Congressional support for a new round of sanctions against Iran is growing, with a near filibuster-proof majority of senators now willing to approve fresh legislation, according to senior Senate aides.
There are no plans for Senate Majority Leader Harry M. Reid (D-Nev.) to allow a vote on any proposal in the near future, the aides said, but if a bill moves forward, it could complicate negotiations with Iran over its nuclear program.
The Obama administration has urged lawmakers not to impose new sanctions while the U.S. and five other world powers negotiate with Iran on a permanent deal to ensure that it cannot develop nuclear weapons. Two months ago, Iran agreed to freeze its nuclear program in exchange for temporary relief on some sanctions.
On Friday, Iran’s top nuclear envoy signaled that the text of an initial agreement was being circulated among the negotiating countries for further approval. In Geneva, Abbas Araghchi, Iran’s top nuclear envoy, told the official IRNA news agency that he expected countries to respond within two days about whether they accept the terms of an interim agreement; it would map out a six-month plan to be implemented while diplomats continue negotiating any final deal.
The White House fears that further sanctions could scuttle the temporary accord. But congressional support for imposing more sanctions remains strong and Sens. Robert Menendez (D-N.J.) and Mark Kirk (R-Ill.) have introduced a proposal to impose a new round of sanctions that would be applied if Iran backed away from an agreement. The measure would put further restrictions on Iran’s fuel purchases and certain sectors of the country’s economy.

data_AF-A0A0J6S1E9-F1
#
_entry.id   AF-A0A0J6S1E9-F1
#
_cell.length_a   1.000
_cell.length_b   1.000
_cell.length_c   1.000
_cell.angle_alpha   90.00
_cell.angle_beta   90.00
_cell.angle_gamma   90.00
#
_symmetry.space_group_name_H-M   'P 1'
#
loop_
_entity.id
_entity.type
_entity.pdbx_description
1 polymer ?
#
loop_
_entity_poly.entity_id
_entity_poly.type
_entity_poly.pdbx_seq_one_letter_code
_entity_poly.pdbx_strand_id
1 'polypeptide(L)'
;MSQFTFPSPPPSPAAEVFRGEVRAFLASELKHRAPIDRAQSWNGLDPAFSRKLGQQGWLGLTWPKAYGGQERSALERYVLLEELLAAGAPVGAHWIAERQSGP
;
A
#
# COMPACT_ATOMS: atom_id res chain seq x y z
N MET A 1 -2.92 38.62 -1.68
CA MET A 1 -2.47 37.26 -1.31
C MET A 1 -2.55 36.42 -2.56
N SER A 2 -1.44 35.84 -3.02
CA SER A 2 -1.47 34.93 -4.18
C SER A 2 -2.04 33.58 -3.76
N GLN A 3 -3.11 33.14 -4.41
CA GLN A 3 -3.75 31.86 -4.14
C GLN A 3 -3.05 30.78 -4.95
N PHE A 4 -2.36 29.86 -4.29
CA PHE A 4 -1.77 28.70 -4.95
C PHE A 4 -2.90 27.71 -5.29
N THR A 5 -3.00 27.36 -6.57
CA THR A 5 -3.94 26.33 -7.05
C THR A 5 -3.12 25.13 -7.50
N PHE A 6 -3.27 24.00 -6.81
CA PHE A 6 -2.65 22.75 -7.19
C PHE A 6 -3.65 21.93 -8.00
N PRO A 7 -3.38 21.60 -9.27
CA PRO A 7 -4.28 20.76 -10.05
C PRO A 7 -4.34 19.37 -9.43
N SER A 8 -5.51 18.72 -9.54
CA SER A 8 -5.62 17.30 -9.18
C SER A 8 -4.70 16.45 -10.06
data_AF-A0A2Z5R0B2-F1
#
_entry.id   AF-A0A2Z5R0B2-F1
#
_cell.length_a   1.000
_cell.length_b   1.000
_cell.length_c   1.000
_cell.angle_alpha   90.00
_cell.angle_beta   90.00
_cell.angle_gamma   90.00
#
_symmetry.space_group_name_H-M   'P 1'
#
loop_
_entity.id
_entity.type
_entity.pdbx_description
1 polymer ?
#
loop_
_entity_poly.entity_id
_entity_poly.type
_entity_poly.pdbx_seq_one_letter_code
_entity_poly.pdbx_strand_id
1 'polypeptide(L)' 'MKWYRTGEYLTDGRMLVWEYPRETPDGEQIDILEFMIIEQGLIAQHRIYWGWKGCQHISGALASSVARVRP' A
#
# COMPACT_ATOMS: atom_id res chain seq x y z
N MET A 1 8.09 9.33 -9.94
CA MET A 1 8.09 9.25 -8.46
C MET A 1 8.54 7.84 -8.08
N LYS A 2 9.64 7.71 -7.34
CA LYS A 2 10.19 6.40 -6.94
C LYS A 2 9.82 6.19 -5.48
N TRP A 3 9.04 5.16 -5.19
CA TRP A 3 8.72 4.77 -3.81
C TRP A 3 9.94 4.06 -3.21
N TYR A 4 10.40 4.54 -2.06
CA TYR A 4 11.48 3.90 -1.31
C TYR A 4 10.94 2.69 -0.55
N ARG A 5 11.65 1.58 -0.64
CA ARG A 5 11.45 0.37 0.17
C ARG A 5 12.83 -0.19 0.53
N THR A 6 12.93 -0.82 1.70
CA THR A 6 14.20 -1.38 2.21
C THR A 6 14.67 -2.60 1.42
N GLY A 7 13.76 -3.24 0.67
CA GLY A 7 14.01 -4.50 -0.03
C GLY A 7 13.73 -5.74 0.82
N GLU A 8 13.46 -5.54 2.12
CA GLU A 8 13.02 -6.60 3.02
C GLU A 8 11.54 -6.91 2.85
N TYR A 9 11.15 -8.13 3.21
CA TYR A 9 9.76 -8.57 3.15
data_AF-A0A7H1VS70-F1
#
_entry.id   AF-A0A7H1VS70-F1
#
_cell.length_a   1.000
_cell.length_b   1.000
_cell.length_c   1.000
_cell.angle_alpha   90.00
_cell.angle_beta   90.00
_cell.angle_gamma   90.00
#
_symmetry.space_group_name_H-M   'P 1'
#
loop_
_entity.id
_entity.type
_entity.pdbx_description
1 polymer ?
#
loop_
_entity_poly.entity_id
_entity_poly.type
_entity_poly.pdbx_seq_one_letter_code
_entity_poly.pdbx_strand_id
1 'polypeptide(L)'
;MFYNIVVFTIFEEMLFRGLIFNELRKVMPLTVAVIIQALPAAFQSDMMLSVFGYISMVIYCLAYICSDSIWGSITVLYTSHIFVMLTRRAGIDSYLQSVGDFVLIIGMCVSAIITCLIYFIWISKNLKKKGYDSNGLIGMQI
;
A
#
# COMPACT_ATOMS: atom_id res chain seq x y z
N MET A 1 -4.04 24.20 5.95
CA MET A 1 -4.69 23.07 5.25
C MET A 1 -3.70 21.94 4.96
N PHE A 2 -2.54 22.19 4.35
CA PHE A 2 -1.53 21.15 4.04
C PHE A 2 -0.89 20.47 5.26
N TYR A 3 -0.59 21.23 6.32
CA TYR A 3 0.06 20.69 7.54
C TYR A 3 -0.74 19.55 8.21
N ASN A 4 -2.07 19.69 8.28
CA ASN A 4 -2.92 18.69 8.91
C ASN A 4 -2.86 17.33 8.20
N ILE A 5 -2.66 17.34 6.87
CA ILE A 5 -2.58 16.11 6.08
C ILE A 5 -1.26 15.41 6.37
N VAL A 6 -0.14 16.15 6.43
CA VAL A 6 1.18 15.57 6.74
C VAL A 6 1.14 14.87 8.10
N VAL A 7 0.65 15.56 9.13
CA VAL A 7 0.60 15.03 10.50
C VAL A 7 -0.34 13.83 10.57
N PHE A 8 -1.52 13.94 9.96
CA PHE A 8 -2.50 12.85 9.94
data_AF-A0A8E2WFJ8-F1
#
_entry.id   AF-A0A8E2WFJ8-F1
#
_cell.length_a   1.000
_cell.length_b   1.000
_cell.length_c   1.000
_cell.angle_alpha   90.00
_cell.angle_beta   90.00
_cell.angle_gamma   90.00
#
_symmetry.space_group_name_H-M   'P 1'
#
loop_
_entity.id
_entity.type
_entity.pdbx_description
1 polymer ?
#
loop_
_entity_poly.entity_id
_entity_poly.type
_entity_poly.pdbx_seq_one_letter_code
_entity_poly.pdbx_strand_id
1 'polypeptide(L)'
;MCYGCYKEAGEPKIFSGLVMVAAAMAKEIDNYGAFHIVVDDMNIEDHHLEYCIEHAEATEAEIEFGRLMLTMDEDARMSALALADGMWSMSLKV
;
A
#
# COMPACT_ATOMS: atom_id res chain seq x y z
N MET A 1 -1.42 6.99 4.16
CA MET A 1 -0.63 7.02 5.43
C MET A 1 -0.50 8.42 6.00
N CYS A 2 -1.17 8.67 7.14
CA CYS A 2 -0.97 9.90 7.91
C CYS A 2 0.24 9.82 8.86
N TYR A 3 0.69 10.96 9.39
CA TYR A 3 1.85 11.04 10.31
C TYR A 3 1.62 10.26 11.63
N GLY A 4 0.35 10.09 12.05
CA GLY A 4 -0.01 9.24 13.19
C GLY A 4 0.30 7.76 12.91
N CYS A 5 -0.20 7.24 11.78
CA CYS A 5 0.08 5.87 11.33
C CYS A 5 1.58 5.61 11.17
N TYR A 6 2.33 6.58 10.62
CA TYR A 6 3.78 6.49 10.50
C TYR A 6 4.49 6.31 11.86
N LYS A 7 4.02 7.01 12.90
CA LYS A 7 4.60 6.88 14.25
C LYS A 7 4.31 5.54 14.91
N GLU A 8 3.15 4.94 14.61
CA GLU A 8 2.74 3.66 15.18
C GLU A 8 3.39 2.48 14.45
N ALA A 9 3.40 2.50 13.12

Menendez, who chairs the Senate Foreign Relations Committee, and Kirk introduced the proposal late last year with 25 co-sponsors. On Thursday, Senate Minority Leader Mitch McConnell (R-Ky.) and Sens. Thad Cochran (R-Miss.), Mike Crapo (R-Idaho) and Richard C. Shelby (R-Ala.) joined a growing list of co-sponsors that numbered at least 59 by Friday afternoon, according to official Senate records of pending legislation.
Another Senate aide familiar with the talks said that a less formal tally has support among senators “in the mid-70s.”
Senate procedural rules require at least 60 votes to help end debate on legislation.
In an op-ed in The Washington Post on Friday, Menendez wrote that a diplomatic agreement that ends Iran’s nuclear weapons program remains his preferred result, but “backing up this achievement by taking out a diplomatic insurance policy is an act of reasonable pragmatism.”
Reid has avoided taking a public position on the issue and has not signaled whether a vote will be permitted. For weeks he has dodged questions about the topic, usually telling reporters to “check with Menendez on that.”